To keep your baby's gums clean, they should be wiped off with a clean gauze pad or washcloth after each feeding. Once your child starts cutting teeth, your Amherst dentist suggests brushing their teeth using a tiny smear of fluoride toothpaste and a soft-bristled toothbrush twice a day.
Pediatric dentists like Dr. McAveeney and Dr. Cheifetz recommend bringing your children in for a visit as soon as possible after their first birthday. If you would like to make an appointment to start your child on a path to good dental health, contact Children's Dental Health Center of New Hampshire in Amherst today!
It might seem that supermodels have a fairly easy life — except for the fact that they are expected to look perfect whenever they’re in front of a camera. Sometimes that’s easy — but other times, it can be pretty difficult. Just ask Chrissy Teigen: Recently, she was in Bangkok, Thailand, filming a restaurant scene for the TV travel series The Getaway, when some temporary restorations (bonding) on her teeth ended up in her food.
As she recounted in an interview, “I was… like, ‘Oh my god, is my tooth going to fall out on camera?’ This is going to be horrible.” Yet despite the mishap, Teigen managed to finish the scene — and to keep looking flawless. What caused her dental dilemma? “I had chipped my front tooth so I had temporaries in,” she explained. “I’m a grinder. I grind like crazy at night time. I had temporary teeth in that I actually ground off on the flight to Thailand.”
Like stress, teeth grinding is a problem that can affect anyone, supermodel or not. In fact, the two conditions are often related. Sometimes, the habit of bruxism (teeth clenching and grinding) occurs during the day, when you’re trying to cope with a stressful situation. Other times, it can occur at night — even while you’re asleep, so you retain no memory of it in the morning. Either way, it’s a behavior that can seriously damage your teeth.
When teeth are constantly subjected to the extreme forces produced by clenching and grinding, their hard outer covering (enamel) can quickly start to wear away. In time, teeth can become chipped, worn down — even loose! Any dental work on those teeth, such as fillings, bonded areas and crowns, may also be damaged, start to crumble or fall out. Your teeth may become extremely sensitive to hot and cold because of the lack of sufficient enamel. Bruxism can also result in headaches and jaw pain, due in part to the stress placed on muscles of the jaw and face.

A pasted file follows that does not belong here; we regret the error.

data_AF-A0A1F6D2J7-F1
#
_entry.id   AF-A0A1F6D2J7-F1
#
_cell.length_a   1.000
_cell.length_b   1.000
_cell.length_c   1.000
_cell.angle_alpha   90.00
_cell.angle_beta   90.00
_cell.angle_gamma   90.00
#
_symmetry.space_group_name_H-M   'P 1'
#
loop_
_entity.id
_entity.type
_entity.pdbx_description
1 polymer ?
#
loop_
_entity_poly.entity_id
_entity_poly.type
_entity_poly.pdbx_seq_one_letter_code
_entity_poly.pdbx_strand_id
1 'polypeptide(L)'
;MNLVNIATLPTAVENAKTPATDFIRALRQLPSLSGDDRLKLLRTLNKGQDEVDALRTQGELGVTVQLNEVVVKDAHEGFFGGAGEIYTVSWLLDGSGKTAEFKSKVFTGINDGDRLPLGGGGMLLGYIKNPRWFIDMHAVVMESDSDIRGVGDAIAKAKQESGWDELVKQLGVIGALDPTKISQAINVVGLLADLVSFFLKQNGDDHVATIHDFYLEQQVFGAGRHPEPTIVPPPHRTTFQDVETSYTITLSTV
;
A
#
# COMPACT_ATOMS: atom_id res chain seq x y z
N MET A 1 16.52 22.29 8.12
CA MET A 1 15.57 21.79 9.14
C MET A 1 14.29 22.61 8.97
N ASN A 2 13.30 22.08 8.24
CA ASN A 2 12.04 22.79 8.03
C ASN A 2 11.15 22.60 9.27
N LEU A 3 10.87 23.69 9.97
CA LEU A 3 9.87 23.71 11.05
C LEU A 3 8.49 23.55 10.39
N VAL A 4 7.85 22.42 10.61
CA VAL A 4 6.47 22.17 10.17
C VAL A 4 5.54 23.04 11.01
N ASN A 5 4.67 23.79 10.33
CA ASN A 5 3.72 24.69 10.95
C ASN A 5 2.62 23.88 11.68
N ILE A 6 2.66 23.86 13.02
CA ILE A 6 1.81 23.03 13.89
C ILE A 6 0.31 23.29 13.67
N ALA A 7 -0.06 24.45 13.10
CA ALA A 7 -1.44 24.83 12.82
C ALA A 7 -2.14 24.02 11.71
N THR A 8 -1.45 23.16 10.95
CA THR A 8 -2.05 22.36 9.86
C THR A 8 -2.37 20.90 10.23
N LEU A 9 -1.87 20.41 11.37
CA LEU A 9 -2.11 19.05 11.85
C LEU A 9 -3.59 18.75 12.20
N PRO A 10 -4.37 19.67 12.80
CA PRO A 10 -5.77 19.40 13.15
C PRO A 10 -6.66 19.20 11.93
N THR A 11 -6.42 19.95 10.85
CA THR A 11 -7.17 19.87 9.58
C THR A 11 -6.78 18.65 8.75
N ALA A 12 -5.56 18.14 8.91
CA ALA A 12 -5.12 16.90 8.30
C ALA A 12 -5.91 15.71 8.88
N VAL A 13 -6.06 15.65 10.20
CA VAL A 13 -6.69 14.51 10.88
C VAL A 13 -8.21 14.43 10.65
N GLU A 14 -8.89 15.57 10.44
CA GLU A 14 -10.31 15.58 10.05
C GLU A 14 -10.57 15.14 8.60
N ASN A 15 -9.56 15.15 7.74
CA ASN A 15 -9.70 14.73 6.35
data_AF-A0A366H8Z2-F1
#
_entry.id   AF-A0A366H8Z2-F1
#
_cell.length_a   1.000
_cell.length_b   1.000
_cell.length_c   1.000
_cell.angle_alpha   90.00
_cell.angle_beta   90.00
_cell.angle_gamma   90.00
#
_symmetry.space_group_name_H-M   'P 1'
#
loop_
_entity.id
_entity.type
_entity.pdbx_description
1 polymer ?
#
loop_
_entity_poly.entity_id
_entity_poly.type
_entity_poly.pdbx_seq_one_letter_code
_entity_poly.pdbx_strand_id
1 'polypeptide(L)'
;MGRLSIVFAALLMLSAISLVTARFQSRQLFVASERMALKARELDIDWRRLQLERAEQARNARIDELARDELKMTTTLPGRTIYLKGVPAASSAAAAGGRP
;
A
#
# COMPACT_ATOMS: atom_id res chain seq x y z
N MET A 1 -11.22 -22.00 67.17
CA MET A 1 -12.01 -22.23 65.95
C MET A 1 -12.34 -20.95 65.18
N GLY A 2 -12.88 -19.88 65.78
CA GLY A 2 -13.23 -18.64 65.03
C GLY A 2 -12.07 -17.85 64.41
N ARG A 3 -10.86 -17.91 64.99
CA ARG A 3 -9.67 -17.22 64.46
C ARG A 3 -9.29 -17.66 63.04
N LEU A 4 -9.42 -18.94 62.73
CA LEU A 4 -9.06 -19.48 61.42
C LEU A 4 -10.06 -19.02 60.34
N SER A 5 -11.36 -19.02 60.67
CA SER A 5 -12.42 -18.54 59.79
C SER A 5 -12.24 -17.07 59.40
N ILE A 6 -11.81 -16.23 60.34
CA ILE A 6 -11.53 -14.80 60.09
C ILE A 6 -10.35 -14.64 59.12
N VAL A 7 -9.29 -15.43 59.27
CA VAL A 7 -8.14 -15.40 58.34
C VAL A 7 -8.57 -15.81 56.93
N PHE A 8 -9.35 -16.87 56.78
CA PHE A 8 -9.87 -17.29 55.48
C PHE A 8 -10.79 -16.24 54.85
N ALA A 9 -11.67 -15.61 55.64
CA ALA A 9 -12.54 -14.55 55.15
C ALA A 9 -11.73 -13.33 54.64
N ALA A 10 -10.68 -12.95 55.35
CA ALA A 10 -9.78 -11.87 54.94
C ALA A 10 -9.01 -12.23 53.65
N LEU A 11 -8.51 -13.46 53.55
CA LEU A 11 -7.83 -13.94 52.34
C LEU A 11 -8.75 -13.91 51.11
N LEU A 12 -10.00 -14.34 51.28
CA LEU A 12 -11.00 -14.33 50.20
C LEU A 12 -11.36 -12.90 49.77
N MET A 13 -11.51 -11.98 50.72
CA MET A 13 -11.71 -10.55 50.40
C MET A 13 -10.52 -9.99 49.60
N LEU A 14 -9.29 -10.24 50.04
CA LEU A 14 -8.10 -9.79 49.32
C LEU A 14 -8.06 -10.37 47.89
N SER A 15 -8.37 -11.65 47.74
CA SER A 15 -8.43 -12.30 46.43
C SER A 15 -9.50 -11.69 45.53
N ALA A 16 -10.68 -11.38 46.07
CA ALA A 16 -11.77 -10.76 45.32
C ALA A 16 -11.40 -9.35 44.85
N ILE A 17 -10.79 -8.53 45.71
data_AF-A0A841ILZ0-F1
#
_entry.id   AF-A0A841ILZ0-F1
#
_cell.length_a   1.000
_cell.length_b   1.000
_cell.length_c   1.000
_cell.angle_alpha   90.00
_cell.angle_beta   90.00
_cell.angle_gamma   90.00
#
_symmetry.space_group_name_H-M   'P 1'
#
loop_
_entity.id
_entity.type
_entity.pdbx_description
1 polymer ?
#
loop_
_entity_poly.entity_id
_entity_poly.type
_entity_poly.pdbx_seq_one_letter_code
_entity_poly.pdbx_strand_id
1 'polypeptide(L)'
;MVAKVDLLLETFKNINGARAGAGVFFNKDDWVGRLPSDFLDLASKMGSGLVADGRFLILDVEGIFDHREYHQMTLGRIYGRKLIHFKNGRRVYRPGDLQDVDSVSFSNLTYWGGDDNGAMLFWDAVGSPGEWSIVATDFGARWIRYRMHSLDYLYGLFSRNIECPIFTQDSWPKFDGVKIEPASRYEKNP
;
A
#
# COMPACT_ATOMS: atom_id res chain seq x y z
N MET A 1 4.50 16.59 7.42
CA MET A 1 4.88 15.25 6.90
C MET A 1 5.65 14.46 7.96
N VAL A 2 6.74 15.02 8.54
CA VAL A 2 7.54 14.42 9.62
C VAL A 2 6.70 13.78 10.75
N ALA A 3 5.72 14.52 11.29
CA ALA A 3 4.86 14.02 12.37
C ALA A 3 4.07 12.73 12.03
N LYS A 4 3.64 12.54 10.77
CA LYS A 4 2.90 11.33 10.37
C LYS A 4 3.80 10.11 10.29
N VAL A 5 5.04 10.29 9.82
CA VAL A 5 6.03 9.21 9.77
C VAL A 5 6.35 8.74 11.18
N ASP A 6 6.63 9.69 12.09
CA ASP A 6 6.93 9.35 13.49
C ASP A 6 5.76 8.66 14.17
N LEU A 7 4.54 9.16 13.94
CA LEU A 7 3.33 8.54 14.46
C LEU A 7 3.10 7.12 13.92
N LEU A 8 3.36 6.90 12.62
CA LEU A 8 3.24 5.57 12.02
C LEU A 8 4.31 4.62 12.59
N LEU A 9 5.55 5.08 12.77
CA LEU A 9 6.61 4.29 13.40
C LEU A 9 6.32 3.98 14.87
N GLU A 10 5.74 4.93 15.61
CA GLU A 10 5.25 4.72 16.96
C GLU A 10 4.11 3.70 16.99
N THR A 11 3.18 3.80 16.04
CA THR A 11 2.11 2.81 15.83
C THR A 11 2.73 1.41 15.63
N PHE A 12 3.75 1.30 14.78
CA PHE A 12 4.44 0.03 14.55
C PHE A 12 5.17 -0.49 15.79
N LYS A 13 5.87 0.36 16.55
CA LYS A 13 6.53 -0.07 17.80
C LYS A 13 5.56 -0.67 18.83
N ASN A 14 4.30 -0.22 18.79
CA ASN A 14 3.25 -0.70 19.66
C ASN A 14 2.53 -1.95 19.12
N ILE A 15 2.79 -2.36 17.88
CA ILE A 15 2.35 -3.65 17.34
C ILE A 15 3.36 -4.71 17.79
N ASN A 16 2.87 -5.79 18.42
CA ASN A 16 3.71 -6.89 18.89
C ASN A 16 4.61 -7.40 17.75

You may not be aware of your own teeth-grinding behavior — but if you notice these symptoms, you might have a grinding problem. Likewise, after your routine dental exam, we may alert you to the possibility that you’re a “bruxer.” So what can you do about teeth clenching and grinding?
We can suggest a number of treatments, ranging from lifestyle changes to dental appliances or procedures. Becoming aware of the behavior is a good first step; in some cases, that may be all that’s needed to start controlling the habit. Finding healthy ways to relieve stress — meditation, relaxation, a warm bath and a soothing environment — may also help. If nighttime grinding keeps occurring, an “occlusal guard” (nightguard) may be recommended. This comfortable device is worn in the mouth at night, to protect teeth from damage. If a minor bite problem exists, it can sometimes be remedied with a simple procedure; in more complex situations, orthodontic work might be recommended.
Teeth grinding at night can damage your smile — but you don’t have to take it lying down! If you have questions about bruxism, please contact us or schedule an appointment for a consultation. You can learn more by reading the Dear Doctor magazine articles “Stress & Tooth Habits” and “When Children Grind Their Teeth.”